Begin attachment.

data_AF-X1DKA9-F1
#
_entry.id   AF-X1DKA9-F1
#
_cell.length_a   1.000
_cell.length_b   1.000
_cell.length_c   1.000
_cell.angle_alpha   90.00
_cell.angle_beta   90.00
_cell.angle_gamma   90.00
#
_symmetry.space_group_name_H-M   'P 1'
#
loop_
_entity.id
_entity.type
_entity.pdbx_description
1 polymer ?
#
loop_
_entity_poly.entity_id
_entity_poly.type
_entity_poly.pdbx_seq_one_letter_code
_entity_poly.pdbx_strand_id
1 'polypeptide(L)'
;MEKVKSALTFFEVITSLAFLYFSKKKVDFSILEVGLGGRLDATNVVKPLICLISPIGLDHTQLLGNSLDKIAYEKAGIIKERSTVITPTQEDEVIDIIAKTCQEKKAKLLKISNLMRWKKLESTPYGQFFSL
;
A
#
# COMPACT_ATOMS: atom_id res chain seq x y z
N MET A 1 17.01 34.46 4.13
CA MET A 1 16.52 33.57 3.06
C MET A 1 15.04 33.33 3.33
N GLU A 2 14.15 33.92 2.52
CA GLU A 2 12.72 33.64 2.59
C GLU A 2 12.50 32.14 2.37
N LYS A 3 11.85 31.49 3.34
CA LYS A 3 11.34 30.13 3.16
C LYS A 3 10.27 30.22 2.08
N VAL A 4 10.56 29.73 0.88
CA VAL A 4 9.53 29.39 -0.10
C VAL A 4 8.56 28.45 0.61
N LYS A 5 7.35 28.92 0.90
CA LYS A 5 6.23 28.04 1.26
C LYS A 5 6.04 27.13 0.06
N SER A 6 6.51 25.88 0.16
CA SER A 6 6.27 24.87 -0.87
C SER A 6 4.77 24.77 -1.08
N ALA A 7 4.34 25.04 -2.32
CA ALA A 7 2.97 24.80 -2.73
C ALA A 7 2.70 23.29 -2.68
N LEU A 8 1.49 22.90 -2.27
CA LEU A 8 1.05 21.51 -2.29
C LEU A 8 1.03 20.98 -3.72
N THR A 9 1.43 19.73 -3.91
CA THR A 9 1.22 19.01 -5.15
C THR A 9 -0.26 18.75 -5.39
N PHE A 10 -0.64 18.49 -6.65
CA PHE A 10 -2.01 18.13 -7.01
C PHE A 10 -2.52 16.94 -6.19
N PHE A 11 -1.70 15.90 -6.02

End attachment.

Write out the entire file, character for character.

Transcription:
data_AF-X1DKA9-F1
#
_entry.id   AF-X1DKA9-F1
#
_cell.length_a   1.000
_cell.length_b   1.000
_cell.length_c   1.000
_cell.angle_alpha   90.00
_cell.angle_beta   90.00
_cell.angle_gamma   90.00
#
_symmetry.space_group_name_H-M   'P 1'
#
loop_
_entity.id
_entity.type
_entity.pdbx_description
1 polymer ?
#
loop_
_entity_poly.entity_id
_entity_poly.type
_entity_poly.pdbx_seq_one_letter_code
_entity_poly.pdbx_strand_id
1 'polypeptide(L)'
;MEKVKSALTFFEVITSLAFLYFSKKKVDFSILEVGLGGRLDATNVVKPLICLISPIGLDHTQLLGNSLDKIAYEKAGIIKERSTVITPTQEDEVIDIIAKTCQEKKAKLLKISNLMRWKKLESTPYGQFFSL
;
A
#
# COMPACT_ATOMS: atom_id res chain seq x y z
N MET A 1 17.01 34.46 4.13
CA MET A 1 16.52 33.57 3.06
C MET A 1 15.04 33.33 3.33
N GLU A 2 14.15 33.92 2.52
CA GLU A 2 12.72 33.64 2.59
C GLU A 2 12.50 32.14 2.37
N LYS A 3 11.85 31.49 3.34
CA LYS A 3 11.34 30.13 3.16
C LYS A 3 10.27 30.22 2.08
N VAL A 4 10.56 29.73 0.88
CA VAL A 4 9.53 29.39 -0.10
C VAL A 4 8.56 28.45 0.61
N LYS A 5 7.35 28.92 0.90
CA LYS A 5 6.23 28.04 1.26
C LYS A 5 6.04 27.13 0.06
N SER A 6 6.51 25.88 0.16
CA SER A 6 6.27 24.87 -0.87
C SER A 6 4.77 24.77 -1.08
N ALA A 7 4.34 25.04 -2.32
CA ALA A 7 2.97 24.80 -2.73
C ALA A 7 2.70 23.29 -2.68
N LEU A 8 1.49 22.90 -2.27
CA LEU A 8 1.05 21.51 -2.29
C LEU A 8 1.03 20.98 -3.72
N THR A 9 1.43 19.73 -3.91
CA THR A 9 1.22 19.01 -5.15
C THR A 9 -0.26 18.75 -5.39
N PHE A 10 -0.64 18.49 -6.65
CA PHE A 10 -2.01 18.13 -7.01
C PHE A 10 -2.52 16.94 -6.19
N PHE A 11 -1.70 15.90 -6.02